How did the relationship between the king and Parliament change during the early 18th century? – During the early eighteenth century, the British Parliament established a growing supremacy over the King. The two German kings, George I and George II, were not used to English ways, and the Prime minister and his cabinet ministers became the nation’s real executives. They did not hold their control by the king’s favor, but by their ability to control majority in Parliament. So during this time the king and parliament were still together in overseeing the colonies, but they had different roles in governing and controlling them.
How did British officials in the colonies carry out (or fail to carry out) their duties, and what was the effect of their activities? – The British officials in the colonies failed to carry out their duties given to them. Some of these appointed officials wanted to raise their incomes with bribes. For example, customs collectors waived duties on goods when merchants paid them to do so.
The activities carried out by the officials lead American society to corruption. How was England’s hold on the colonies weakened between 1700 and 1775?
England’s hold on the colonies weakened between 1700 and 1775 because the administration of colonial affairs remained decentralized and inefficient. There was no colonial office in London. There was a mere advisory body that had little role in any actual decisions. Real authority rested in the Privy Council, the admiralty, and the treasury, but these agencies were responsible for managing laws at home as well as overseas; no one could concentrate on colonial affairs alone.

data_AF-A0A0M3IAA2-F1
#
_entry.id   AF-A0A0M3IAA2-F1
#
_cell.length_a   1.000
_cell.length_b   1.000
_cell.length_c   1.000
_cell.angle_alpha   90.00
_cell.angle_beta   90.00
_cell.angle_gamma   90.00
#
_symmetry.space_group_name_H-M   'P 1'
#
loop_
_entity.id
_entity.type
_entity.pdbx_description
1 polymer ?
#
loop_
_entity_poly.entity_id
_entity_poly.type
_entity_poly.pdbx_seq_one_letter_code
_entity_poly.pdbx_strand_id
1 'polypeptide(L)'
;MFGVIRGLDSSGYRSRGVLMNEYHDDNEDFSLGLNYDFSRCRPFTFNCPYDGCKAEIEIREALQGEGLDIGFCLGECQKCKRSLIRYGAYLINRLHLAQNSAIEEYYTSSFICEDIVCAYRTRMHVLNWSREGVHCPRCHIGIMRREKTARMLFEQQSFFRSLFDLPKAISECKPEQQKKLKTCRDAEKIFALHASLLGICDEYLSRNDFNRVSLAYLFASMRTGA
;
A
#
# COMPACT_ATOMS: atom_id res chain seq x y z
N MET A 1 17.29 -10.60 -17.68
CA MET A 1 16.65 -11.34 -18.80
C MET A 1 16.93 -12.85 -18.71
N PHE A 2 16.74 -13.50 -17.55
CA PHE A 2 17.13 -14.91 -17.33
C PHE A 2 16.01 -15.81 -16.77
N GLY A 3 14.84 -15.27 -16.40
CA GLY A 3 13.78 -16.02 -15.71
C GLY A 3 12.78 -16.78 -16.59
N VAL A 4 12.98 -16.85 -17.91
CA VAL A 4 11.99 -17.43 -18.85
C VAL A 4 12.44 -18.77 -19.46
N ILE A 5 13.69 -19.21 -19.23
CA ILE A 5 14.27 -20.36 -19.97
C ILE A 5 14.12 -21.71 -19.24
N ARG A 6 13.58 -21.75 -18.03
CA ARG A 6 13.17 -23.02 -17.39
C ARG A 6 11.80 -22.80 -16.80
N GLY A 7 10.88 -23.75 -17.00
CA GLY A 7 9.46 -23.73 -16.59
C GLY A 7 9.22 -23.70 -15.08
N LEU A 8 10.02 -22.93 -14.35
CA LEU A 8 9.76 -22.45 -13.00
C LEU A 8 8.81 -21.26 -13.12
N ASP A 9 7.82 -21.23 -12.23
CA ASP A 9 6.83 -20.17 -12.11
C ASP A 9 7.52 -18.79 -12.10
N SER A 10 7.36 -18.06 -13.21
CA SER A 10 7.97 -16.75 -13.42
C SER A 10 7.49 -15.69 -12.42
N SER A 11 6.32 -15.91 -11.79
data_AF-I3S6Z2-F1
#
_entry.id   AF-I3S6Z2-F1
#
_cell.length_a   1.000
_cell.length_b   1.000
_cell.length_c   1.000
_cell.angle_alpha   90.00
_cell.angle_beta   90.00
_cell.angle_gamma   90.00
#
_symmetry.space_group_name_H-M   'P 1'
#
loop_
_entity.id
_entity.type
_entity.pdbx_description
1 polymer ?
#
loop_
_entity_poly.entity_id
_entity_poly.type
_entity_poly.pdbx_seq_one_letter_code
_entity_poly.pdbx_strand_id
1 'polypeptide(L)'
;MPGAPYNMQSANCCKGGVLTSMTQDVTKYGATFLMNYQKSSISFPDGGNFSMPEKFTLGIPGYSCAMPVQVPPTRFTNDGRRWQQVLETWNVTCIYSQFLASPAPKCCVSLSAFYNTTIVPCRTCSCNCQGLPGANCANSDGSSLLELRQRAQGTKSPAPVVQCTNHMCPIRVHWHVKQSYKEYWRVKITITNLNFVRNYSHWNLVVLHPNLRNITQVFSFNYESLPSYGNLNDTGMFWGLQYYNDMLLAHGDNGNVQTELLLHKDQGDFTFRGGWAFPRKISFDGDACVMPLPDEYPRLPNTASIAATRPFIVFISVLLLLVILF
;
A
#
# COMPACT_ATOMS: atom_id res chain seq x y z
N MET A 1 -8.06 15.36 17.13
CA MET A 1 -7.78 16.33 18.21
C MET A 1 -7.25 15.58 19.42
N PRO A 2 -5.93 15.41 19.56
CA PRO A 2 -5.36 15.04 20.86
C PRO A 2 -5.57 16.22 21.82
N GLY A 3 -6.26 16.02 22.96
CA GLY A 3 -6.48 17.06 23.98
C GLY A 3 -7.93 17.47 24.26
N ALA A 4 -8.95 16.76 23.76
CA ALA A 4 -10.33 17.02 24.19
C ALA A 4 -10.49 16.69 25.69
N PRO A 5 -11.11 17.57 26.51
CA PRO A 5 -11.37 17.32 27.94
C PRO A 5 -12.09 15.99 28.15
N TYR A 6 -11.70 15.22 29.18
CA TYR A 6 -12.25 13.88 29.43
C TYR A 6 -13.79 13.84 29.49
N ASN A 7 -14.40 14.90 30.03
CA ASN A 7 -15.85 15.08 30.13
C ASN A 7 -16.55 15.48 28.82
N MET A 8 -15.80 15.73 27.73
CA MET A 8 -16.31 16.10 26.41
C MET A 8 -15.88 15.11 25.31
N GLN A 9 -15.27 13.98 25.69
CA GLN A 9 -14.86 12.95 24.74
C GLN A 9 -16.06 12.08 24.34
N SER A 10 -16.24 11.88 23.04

The character of the royal officials in America also weakened England’s hold on the colonies because most of these officeholders were not able and intelligent.
Appointments generally came as results of bribery or favoritism, not as a reward for distinction. 4. What factors helped promote colonial divisions during this period? – The factors that helped promote colonial divisions during this period were growth of the colonial population, and the fact that the colonies were so far apart from each other that communication was rare between the colonies. 5. What was the Albany Plan, and what did it reveal about colonial unity? – The Albany Plan was proposed by Benjamin Franklin, and this plan said that parliament would set up in America “one general government” for all the colonies.